Sweden’s North: from myth to reality

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Reindeer at Nutti Sami Siida, just outside Kiruna, Sweden. (Ryan Tebo / Sveriges Radio)
Reindeer at Nutti Sami Siida, just outside Kiruna, Sweden. (Ryan Tebo / Sveriges Radio)
The myths of Christmas are tied to the north of Sweden in many people’s imaginations.

But what is the reality of living there for the indigenous Sámi people who have been there for centuries?

The idea of the north is essential to understanding how Swedes picture their country and themselves. And the idea of the north is also crucial to understanding how the whole world sees Sweden. But Sweden is a long country, stretching northwards towards the North Pole, and the vast majority of Swedes live in its bottom third. Many have never even visited the northern half.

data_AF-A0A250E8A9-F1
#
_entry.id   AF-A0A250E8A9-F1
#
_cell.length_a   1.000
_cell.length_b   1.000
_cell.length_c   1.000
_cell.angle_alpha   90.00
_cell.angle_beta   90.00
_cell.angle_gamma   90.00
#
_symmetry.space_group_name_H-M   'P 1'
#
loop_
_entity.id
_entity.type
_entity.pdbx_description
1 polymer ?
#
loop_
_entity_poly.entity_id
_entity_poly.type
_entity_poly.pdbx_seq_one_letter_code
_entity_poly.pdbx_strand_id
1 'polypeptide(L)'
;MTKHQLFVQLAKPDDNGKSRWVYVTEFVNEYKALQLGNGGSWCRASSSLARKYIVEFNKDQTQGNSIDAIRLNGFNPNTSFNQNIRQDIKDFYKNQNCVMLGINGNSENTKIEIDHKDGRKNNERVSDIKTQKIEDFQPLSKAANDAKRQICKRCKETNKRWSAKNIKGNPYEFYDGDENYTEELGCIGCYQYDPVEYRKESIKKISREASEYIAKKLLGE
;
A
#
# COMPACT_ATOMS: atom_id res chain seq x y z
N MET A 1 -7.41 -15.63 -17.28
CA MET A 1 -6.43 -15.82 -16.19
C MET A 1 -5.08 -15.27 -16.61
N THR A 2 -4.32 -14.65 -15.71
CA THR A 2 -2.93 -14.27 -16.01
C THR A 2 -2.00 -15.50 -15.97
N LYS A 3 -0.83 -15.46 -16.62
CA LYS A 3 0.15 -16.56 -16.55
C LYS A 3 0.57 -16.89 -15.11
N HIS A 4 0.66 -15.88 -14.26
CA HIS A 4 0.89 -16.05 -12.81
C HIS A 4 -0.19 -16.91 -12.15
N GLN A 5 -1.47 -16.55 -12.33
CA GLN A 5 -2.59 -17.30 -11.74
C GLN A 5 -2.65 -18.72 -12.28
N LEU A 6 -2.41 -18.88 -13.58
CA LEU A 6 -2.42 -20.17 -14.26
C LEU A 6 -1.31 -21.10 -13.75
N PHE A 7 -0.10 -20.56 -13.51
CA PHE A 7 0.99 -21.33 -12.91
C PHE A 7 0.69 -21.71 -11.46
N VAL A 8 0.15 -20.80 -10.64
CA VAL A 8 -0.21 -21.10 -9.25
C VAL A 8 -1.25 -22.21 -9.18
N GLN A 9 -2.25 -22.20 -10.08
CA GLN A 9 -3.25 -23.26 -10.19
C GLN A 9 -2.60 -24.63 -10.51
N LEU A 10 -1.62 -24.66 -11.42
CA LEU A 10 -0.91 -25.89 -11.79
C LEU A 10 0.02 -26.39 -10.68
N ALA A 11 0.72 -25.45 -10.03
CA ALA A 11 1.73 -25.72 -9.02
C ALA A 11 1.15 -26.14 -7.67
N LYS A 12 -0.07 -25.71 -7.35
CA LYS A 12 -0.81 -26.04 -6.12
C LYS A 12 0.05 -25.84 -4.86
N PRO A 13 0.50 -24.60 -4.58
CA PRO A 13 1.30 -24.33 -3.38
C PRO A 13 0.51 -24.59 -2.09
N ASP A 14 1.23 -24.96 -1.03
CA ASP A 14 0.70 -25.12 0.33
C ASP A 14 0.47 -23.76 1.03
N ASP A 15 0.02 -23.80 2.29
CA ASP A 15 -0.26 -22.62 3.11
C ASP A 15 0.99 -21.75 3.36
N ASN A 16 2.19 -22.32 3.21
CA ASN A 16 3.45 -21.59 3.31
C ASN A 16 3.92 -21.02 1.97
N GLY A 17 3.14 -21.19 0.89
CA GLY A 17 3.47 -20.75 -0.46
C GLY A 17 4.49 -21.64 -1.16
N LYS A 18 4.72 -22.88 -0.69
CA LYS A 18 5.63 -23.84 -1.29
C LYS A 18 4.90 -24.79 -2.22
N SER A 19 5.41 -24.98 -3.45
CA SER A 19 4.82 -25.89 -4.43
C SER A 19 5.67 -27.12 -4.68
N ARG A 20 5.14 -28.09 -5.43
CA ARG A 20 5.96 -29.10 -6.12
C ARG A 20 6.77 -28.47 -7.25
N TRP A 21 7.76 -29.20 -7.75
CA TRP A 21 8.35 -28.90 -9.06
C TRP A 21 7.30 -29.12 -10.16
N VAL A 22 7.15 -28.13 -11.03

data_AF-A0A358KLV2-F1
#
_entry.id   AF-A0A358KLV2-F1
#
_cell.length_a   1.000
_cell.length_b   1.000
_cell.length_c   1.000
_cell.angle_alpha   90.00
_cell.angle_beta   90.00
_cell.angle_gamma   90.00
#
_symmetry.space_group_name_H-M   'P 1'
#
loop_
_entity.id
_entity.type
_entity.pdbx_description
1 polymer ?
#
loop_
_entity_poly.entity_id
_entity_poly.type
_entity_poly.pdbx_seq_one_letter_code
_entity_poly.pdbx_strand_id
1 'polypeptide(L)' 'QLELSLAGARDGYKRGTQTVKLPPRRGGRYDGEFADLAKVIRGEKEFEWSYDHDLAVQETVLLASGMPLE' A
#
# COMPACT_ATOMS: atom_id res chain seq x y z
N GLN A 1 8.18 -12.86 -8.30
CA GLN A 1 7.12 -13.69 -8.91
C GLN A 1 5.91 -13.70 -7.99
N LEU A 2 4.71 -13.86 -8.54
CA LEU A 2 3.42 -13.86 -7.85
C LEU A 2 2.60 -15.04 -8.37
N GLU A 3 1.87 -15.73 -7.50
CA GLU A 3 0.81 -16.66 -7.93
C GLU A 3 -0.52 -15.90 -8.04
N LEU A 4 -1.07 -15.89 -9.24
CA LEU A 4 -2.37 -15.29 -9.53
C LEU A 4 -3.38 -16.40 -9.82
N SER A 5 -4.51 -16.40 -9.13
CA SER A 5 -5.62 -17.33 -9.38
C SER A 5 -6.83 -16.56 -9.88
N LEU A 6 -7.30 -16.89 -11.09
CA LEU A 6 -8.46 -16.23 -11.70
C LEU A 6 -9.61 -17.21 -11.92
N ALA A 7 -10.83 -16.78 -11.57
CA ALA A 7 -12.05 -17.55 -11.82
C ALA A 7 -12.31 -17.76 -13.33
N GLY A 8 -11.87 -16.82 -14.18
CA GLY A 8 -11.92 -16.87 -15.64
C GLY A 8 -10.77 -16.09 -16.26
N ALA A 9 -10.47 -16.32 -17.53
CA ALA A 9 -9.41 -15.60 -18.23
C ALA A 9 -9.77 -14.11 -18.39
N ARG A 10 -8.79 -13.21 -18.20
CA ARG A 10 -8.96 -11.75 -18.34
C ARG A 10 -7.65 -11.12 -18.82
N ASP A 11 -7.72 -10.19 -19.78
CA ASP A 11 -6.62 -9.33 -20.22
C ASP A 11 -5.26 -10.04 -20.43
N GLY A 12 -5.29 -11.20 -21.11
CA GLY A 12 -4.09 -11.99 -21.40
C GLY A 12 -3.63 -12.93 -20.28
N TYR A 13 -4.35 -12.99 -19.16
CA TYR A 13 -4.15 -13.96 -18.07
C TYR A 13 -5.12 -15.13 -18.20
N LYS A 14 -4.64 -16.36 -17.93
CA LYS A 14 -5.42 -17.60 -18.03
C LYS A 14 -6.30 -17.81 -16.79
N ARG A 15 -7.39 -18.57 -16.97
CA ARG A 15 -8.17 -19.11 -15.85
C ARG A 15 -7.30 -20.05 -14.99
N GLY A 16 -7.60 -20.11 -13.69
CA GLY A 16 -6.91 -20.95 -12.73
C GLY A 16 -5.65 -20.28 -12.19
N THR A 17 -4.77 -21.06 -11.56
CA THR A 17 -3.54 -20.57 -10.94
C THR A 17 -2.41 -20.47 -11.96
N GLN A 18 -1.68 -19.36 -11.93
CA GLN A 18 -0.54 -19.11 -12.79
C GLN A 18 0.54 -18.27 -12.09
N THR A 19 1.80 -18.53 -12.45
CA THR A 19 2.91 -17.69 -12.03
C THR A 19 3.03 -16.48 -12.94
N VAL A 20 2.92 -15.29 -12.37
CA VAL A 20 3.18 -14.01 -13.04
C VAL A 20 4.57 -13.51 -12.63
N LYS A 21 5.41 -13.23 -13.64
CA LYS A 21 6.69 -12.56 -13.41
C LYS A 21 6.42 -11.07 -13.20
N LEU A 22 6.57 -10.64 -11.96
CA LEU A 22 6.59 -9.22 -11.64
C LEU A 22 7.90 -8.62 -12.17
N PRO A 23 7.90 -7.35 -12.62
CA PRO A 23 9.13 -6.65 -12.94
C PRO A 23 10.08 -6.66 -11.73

How can we separate the myths of the north from the reality? Radio Sweden’s Ryan Tebo takes a journey ascending into the darkness of the northern Swedish winter, exploring the myths and realities surrounding Christmas and the north.

First stop: Santaworld in Mora to interview Santa and explore how the myths of Christmas are connected to Sweden and the north.

Last stop: Kiruna, where Ryan visits the Nutti Sámi Siida, which is a living living of Sámi culture and history. There he meets reindeer up close and interviews Káren-Ann Hurri about being Sámi and living in the north. Afterwards, Ryan meets with Sámi leader and activist Matti Berg at his Icelandic horse and ecotourism farm,  

Program produced and presented by Ryan Tebo.

Related stories from around the North:

Finland:  Helsinki has priciest Xmas trees in Finland, Yle News

Sweden:  The energy potential in recycled Christmas trees, Radio Sweden

 

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